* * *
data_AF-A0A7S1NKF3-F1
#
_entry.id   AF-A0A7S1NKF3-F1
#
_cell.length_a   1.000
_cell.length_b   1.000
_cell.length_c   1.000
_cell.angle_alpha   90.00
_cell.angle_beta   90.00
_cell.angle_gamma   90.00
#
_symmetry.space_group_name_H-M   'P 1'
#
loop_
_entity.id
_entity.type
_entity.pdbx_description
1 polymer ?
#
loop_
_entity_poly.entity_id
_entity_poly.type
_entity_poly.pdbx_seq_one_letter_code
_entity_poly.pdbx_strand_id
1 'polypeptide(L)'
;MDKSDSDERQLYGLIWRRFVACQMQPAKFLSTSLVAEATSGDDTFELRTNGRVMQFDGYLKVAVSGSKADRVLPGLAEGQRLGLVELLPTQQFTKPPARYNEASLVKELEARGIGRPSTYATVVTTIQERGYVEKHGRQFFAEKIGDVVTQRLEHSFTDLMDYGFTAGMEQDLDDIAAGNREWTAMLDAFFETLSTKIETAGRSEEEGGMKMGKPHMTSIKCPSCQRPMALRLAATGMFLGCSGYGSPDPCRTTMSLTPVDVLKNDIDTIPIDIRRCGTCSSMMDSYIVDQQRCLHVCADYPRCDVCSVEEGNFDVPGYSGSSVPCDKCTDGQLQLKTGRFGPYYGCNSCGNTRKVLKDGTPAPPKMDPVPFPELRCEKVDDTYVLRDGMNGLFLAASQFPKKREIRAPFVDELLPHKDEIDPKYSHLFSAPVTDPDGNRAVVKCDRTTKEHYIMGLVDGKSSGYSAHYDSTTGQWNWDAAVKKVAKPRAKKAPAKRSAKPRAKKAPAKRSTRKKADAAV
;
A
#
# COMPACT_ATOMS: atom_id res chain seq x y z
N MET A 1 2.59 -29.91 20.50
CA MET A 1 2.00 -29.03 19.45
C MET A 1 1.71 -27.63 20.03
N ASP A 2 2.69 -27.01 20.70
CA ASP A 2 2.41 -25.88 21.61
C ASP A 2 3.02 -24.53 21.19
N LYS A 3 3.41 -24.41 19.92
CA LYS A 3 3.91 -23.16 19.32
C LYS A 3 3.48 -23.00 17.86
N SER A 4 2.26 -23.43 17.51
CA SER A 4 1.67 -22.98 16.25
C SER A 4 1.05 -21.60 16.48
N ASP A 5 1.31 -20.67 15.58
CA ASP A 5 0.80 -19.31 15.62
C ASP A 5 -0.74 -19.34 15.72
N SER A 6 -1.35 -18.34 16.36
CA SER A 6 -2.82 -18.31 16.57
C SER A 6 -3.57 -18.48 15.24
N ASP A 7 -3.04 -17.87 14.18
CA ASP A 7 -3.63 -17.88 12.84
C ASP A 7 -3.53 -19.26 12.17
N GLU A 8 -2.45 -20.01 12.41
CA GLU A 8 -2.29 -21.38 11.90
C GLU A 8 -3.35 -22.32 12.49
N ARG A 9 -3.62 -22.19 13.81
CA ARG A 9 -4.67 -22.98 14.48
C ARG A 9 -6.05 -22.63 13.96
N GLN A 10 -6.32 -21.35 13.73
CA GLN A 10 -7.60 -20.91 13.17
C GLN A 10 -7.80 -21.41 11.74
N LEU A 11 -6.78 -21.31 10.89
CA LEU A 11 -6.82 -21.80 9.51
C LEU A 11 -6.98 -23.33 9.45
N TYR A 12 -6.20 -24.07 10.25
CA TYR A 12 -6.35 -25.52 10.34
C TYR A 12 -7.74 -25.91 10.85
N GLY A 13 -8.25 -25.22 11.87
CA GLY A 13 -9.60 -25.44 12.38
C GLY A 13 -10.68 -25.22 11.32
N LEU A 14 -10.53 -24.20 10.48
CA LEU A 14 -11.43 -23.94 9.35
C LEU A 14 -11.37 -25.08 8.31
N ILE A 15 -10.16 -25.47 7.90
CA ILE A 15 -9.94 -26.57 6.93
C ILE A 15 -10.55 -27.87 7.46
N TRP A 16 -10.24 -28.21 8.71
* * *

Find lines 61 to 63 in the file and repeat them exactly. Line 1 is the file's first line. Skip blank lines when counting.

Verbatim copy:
N LEU A 11 -6.78 -21.31 10.89
CA LEU A 11 -6.82 -21.80 9.51
C LEU A 11 -6.98 -23.33 9.45